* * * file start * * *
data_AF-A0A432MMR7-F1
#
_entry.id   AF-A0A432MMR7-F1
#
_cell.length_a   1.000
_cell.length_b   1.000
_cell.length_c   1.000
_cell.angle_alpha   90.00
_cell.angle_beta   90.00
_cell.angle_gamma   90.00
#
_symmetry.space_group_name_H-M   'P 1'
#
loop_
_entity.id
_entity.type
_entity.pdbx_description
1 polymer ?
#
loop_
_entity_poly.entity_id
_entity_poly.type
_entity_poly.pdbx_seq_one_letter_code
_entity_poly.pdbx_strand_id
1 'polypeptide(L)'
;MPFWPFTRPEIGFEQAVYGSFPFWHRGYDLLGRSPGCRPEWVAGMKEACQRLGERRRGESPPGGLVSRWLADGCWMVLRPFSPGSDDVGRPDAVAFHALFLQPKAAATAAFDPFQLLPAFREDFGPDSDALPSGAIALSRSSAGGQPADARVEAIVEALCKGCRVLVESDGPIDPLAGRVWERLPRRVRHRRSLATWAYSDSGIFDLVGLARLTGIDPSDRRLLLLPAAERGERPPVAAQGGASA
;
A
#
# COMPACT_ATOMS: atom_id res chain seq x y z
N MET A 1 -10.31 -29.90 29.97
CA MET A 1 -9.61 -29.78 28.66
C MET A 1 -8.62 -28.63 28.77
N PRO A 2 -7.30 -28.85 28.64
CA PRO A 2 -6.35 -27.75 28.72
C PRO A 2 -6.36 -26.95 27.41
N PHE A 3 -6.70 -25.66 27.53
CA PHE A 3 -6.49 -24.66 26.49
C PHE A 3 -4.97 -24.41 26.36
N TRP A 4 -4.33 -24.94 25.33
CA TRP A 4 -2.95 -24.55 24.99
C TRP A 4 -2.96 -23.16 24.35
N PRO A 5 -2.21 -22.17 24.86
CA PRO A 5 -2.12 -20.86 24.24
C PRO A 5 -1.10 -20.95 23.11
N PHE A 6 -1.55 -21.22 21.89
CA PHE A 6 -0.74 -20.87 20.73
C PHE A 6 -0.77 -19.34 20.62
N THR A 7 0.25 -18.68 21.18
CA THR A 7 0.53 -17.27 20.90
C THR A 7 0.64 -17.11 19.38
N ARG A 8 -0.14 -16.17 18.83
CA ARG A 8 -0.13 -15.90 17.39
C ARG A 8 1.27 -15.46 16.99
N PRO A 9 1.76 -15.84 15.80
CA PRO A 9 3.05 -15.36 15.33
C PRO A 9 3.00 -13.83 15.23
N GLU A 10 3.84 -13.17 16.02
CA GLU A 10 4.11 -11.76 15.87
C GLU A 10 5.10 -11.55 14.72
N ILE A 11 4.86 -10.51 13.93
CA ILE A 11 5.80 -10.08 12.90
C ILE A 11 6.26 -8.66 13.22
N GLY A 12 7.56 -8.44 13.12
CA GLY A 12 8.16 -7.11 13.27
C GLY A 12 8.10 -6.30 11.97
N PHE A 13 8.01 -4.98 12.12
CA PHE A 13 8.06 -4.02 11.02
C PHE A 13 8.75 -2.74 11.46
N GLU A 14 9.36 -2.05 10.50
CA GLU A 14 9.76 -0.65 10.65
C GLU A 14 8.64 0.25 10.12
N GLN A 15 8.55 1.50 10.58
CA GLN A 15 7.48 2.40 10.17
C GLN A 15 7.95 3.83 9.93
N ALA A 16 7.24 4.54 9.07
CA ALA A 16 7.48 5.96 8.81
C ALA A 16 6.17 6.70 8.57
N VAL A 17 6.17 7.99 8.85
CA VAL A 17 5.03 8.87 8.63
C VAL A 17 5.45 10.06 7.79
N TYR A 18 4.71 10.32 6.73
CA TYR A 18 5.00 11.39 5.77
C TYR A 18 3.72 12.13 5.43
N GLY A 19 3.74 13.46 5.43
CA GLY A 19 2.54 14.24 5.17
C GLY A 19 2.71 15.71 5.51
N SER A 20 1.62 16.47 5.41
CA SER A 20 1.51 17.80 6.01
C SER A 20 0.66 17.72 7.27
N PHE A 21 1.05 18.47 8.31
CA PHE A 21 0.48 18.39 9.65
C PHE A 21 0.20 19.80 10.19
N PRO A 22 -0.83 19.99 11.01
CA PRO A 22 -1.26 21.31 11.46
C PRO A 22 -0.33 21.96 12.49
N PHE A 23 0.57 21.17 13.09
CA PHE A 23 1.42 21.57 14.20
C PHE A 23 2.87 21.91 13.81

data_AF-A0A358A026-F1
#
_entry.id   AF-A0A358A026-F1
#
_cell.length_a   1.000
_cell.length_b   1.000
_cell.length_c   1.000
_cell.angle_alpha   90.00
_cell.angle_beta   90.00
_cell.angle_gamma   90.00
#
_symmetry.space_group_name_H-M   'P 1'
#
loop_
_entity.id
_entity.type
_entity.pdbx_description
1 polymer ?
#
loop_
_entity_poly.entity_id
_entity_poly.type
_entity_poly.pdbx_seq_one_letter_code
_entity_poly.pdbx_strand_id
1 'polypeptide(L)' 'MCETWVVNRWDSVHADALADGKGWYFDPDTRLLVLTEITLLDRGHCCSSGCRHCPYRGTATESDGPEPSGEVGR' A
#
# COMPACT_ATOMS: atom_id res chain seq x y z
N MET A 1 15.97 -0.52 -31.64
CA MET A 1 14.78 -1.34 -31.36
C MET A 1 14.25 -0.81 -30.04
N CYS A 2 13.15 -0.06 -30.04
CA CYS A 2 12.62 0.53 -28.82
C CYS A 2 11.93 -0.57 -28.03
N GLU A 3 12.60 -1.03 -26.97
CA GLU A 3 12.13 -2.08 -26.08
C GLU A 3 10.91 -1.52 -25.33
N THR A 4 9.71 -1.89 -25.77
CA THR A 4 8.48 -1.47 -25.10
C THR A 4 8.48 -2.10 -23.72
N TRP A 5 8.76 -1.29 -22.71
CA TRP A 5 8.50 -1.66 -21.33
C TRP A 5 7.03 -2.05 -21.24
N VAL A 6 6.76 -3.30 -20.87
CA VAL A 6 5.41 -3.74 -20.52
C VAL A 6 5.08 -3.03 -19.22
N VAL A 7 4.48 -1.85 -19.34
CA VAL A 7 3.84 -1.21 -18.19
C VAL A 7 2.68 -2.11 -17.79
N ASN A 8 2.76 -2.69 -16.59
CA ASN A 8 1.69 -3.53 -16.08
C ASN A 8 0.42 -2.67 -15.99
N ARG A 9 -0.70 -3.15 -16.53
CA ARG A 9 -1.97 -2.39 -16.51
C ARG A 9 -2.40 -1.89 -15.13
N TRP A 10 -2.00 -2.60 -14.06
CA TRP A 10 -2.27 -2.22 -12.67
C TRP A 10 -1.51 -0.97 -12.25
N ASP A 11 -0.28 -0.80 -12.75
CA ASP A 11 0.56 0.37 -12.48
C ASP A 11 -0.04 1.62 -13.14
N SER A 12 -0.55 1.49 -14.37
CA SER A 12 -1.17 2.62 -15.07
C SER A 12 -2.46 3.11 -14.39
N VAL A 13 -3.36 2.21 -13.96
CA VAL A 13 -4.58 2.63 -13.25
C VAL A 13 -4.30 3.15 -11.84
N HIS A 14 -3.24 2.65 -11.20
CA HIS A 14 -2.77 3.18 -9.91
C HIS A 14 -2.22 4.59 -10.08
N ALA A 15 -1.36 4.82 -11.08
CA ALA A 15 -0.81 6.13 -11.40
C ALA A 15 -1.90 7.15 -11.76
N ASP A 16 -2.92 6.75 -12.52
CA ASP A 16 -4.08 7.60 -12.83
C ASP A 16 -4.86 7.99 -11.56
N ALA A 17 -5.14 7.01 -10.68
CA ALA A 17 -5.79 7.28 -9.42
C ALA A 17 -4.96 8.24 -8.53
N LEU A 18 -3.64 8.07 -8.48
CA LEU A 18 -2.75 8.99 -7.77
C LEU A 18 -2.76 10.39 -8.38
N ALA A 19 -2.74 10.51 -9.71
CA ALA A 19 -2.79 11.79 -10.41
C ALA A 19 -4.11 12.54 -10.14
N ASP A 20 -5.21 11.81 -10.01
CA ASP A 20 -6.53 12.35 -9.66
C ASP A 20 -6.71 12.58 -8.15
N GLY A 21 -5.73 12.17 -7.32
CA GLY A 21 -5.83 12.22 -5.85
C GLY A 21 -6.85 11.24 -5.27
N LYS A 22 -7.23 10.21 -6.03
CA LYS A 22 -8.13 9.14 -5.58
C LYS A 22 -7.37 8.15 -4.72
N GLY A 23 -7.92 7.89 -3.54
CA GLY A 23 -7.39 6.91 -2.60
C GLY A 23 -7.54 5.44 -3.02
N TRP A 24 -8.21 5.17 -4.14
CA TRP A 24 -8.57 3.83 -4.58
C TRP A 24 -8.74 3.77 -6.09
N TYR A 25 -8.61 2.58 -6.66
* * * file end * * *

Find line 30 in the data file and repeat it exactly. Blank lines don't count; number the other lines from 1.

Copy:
# COMPACT_ATOMS: atom_id res chain seq x y z